The Advertising Hall of Achievement® is the industry's premier award for outstanding advertising leaders age 40 and under. The American Advertising Federation established this program in 1993 as a way to recognize young talented individuals who are making a significant impact on the advertising industry.
Greater SF Ad Club welcomes both the AAF and the 2011 Honorees.
Induction Ceremony & Luncheon
How attention-grabbing is your resume? Today’s employers often receive resumes from hundreds of job applicants, and they spend an average of two minutes reviewing each one, according to research commissioned by our firm. The more eye-catching your application materials, the better your chances of landing an interview.
Here are some tips for creating a stand-out resume:
Lose the objective. Listing an objective at the top of a resume is a common practice, but it’s not the best strategy. Your career ambitions aren’t the chief concern for most employers; their primary focus is finding someone capable of doing the job. Instead of listing an objective, provide a specific and highly condensed summary of qualifications and then delve straight in to your work experience.
First things first. Which is most impressive: the names of your former employers or the titles of the positions you held there? Once you’ve made this determination, list the most prestigious items first, but be consistent. If you decide your title carries the most weight, give the title first for each of your past positions.
Emphasize achievements. Perhaps the biggest mistake job hunters make when creating their resumes is listing a litany of duties for each position they’ve held instead of citing their accomplishments. Your actual achievements are far more compelling than your job descriptions. If you’re a web designer, for example, instead of saying, “Redesigned company websites,” you might try the following: “Redesigned four websites, adding animations and interactive features that increased traffic by 20 percent.”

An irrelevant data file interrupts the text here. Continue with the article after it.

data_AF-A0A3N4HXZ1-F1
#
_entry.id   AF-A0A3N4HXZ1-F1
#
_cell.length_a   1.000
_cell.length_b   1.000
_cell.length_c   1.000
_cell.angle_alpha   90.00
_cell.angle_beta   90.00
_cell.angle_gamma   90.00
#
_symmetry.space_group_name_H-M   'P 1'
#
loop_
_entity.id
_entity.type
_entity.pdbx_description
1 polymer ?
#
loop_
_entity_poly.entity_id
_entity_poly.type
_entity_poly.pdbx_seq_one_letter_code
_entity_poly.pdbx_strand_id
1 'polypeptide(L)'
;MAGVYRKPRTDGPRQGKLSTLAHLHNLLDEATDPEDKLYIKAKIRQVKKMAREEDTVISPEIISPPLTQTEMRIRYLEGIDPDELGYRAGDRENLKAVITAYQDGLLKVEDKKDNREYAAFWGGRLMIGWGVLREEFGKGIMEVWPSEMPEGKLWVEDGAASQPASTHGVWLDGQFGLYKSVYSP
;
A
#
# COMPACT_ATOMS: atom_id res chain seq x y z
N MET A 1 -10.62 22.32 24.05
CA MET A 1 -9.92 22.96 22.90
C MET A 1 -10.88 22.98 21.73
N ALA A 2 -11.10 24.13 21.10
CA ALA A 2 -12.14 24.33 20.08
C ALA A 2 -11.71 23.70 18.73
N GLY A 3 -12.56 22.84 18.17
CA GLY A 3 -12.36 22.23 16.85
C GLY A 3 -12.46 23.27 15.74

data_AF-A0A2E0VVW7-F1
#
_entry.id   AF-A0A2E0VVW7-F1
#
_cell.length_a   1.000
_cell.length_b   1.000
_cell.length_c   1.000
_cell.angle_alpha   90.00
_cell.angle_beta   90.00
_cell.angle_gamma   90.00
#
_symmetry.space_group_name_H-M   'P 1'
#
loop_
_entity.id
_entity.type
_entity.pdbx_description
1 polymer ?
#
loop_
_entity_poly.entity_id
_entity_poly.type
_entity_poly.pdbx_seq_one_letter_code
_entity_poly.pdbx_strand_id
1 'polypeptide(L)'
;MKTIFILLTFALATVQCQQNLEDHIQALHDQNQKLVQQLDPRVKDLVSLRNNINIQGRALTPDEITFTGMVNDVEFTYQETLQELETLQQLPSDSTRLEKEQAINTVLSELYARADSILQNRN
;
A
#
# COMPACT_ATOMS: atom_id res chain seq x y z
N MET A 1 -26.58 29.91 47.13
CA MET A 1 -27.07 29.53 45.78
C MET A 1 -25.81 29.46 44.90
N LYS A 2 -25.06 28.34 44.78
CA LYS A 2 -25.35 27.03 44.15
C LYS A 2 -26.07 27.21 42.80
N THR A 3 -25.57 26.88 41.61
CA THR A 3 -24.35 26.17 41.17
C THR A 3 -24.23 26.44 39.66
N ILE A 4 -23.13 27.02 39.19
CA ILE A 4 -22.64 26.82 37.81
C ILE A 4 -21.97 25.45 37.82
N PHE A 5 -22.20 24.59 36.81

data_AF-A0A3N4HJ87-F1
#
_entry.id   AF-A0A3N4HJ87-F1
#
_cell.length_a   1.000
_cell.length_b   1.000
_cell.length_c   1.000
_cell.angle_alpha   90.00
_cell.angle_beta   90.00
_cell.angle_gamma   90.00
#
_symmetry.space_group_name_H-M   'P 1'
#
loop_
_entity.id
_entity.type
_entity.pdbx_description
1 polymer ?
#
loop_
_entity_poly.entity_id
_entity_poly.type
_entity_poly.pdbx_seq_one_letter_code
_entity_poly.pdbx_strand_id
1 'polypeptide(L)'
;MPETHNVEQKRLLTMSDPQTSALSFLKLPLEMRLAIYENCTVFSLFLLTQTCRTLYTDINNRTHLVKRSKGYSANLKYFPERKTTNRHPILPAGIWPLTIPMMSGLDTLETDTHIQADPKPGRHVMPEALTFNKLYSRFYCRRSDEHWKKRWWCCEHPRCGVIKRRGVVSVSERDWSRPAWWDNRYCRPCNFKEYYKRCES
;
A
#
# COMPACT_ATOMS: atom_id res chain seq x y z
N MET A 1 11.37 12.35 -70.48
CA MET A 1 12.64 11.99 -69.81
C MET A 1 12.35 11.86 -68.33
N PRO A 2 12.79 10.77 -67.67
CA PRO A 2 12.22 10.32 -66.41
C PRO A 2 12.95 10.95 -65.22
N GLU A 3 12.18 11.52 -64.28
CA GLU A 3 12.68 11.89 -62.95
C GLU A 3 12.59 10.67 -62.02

Make it pretty. Appearance counts, so pay attention to the aesthetics of your resume. Use high-quality paper, and strive for a simple but elegant design. One word of caution – unless you’re a designer, don’t be overly “creative” with the layout. It can make you look unprofessional.
Avoid errors. Nothing puts your resume in the “no” pile faster than a typo. Here are some classics our company has collected: “Thanks for reviewing my resume. Hope to hear from you shorty.” And, “Received a plague for salesman of the year.” Ask several close friends and contacts to review your resume before sending it out. They may spot problems your spell-check function did not.
Take the ‘two-minute test.’ Along with having several close friends review your resume, ask one or two contacts who aren’t very familiar with your work history to review the document quickly, just as a prospective employer would. Then ask them for their impressions – what information stands out? What can they recall specifically about you? If they remember the salient points, your job is done. But if key messages don’t come across, go back to the drawing board.
Putting together an outstanding resume isn’t an easy task – the key is to think strategically and continue working on it until you come up with the best product. With perseverance and attention to detail, you’ll receive interview calls in no time.